Monday 18 December 2017

Munster chief raises concern over long wait for semi-finals

Robert Frost has urged a rethink on the hurling championships schedule following Tipperary's defeat to Galway last Sunday
Robert Frost has urged a rethink on the hurling championships schedule following Tipperary's defeat to Galway last Sunday
Martin Breheny

Martin Breheny

Robert Frost, Munster Council chairman, has urged a rethink on the hurling championships schedule, with a view to shortening the period between provincial finals and All-Ireland semi-finals.

It follows Tipperary's defeat by Galway last Sunday, when they became the seventh Munster champions in nine seasons to lose an All-Ireland semi-final. They won the Munster title on July 12, leaving them with a five-week wait for their next game.

"The delay may be an issue for teams that win Munster. Five weeks is a long time to have to wait for a game after winning a provincial title. I know it's hard to get around it, with qualifiers and All-Ireland quarter-finals to be played in July, but it should be looked at again to see if the wait could be shortened," said Frost.

Tipperary (2008-'12-'15), Cork (2014), Limerick (2013), Waterford (2007-'10) all lost All-Ireland semi-finals after winning Munster titles. Tipperary (2009-'11) were the only Munster winners to reach the All-Ireland in that period.

Indeed, the since the turn of the Millennium, 10 of the 16 Munster champions have failed to reach the All-Ireland final. That contrasts with Leinster, where 12 of the 16 champions (11 Kilkenny, 1 Galway) won semi-finals.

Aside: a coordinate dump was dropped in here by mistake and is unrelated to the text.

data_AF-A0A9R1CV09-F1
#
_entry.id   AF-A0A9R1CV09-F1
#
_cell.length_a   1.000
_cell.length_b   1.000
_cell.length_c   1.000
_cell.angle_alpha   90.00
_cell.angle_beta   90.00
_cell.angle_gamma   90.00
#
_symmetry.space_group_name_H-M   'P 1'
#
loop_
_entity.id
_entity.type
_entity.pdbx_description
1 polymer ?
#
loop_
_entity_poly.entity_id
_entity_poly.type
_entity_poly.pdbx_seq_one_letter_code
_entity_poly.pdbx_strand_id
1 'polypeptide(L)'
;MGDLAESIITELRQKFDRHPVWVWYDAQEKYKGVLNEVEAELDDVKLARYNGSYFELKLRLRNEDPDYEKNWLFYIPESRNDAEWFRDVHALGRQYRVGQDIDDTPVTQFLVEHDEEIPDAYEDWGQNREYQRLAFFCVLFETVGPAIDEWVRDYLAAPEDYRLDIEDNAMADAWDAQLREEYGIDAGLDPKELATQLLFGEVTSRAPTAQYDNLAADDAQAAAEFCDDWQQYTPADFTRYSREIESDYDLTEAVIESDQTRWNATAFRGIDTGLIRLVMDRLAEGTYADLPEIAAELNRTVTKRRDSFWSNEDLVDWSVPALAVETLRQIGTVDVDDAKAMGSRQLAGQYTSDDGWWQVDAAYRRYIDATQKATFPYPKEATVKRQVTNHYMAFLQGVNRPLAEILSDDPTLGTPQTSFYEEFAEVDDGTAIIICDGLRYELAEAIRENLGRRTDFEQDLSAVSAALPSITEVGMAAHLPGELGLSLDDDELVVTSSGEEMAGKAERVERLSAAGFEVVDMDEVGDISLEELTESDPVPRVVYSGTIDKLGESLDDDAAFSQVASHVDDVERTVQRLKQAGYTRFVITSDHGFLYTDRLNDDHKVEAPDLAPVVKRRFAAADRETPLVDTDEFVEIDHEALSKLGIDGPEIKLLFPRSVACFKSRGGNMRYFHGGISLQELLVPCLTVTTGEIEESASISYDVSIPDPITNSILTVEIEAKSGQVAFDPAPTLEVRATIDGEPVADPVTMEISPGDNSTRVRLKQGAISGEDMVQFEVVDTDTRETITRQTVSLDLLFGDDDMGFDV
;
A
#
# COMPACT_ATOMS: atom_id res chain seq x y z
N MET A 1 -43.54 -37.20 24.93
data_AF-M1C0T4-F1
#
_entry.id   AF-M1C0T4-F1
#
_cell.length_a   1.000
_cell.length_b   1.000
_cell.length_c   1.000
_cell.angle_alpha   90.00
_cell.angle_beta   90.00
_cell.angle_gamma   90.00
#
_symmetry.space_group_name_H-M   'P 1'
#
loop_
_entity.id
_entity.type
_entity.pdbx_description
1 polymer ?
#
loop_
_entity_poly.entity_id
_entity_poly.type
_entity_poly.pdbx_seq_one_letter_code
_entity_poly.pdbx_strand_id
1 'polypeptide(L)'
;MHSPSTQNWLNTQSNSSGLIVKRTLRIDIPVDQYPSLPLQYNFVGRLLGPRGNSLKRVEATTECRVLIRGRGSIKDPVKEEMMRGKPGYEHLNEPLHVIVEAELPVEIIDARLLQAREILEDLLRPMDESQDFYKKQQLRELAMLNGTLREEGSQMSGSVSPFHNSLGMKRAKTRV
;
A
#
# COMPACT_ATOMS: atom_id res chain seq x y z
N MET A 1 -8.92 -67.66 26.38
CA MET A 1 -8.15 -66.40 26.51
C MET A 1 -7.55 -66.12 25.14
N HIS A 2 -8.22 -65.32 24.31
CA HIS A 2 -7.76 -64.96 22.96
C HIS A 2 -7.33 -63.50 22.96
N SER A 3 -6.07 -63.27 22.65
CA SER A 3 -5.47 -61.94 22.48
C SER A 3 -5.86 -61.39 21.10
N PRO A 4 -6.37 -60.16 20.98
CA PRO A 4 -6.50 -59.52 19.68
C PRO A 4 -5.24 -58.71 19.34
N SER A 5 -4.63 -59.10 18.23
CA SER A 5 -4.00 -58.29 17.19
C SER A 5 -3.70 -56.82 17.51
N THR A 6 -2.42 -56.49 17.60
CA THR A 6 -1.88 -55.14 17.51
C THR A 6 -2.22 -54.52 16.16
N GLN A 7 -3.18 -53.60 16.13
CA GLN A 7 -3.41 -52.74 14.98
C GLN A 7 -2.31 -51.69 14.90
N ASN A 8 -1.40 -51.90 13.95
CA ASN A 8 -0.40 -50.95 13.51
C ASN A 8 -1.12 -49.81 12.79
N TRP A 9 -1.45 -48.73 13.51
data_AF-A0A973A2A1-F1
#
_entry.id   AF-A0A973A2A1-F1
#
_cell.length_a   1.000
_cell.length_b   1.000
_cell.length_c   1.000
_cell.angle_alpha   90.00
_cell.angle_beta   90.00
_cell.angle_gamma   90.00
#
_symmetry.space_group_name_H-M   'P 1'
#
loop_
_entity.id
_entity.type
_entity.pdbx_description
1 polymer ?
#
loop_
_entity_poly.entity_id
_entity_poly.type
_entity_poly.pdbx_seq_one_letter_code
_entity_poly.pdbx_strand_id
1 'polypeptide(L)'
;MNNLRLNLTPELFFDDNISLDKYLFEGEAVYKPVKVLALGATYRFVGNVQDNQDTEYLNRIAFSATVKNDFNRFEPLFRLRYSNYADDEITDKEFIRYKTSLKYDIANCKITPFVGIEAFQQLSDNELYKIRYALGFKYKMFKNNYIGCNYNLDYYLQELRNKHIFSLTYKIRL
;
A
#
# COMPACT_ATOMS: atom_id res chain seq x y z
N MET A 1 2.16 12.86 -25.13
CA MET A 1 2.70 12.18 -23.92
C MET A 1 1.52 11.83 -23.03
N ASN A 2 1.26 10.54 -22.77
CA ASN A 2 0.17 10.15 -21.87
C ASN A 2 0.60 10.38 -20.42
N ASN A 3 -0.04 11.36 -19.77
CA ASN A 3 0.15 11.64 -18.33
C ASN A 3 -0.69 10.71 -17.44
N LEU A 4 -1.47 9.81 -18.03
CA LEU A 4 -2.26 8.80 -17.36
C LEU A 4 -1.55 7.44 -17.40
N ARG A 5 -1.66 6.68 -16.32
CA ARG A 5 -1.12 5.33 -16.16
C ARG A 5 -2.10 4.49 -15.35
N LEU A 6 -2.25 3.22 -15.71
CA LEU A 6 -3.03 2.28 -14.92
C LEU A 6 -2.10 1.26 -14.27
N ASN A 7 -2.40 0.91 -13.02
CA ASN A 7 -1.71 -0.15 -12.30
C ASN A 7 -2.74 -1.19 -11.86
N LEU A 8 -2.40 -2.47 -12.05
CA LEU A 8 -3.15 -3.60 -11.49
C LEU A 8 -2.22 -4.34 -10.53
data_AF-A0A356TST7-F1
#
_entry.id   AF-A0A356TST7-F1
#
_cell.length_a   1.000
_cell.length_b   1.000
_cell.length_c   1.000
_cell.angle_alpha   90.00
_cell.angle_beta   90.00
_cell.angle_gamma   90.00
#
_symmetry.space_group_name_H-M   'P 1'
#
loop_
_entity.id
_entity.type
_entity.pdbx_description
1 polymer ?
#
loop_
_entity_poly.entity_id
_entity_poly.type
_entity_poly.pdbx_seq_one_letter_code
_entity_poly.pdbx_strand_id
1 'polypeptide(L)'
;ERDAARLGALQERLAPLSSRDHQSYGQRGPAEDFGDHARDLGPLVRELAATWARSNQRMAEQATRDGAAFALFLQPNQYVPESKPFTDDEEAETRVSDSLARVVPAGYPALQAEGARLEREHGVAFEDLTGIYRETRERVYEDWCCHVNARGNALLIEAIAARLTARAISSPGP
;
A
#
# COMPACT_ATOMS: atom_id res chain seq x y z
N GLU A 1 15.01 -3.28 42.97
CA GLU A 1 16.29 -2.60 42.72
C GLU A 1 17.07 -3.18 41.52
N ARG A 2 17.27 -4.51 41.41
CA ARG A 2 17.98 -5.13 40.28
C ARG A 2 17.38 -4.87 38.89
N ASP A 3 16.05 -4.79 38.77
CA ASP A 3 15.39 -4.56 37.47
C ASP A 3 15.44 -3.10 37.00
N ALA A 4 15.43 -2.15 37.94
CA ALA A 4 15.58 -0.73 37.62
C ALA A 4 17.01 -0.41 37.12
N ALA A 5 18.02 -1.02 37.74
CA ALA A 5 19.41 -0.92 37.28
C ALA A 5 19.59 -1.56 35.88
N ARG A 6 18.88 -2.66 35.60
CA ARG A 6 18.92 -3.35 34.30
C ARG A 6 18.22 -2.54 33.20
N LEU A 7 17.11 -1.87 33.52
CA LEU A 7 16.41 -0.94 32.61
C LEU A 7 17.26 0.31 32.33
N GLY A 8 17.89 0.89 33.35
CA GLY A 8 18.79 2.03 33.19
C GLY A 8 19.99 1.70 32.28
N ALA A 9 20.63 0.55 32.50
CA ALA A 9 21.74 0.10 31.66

The exceptions were Kilkenny in 2001 and 2005, Wexford in 2004 and Dublin in 2013. Kilkenny's excellent record in semi-finals shows that the long wait after winning the Leinster final doesn't impact negatively on them, but then they have broken through so many barriers that normal standards can't be applied to them.

Five of the seven Munster champions that lost All-Ireland semi-finals over nine seasons were beaten by other Munster counties, raising the issue of who were the province's real kingpins in those years.


However, Frost insists that the champions' bad experiences in no way detracts from the prestige of the Munster campaign. Nor does he believe that a situation will ever be reached where Munster counties lose interest in their own championship.

"That will not happen. The Munster Championship is going as well - if not better - than it has ever been. All you have to do is look at the crowds we're getting.

"The Munster Championship is a great competition - everyone knows that. What's been happening afterwards has nothing to do with our own championship in its own right.

"The concern is that the long wait to the semi-final causes a problem as you're going in against opposition that has built momentum through the qualifiers or by winning the quarter-final. Teams like to play every few weeks.

"It would be good if there was no more than a three- or four-week wait before the semi-final. I know it's not easy to tweak the very busy fixtures' list but maybe it's something we could look at again," said Frost.

With none of the Munster champions winning an All-Ireland semi-final since Tipperary beat Dublin in 2011, questions will continue to be asked as why that is the case.

"There's no easy answer but the long wait for the semi-final may well be a factor," said Frost.

Irish Independent

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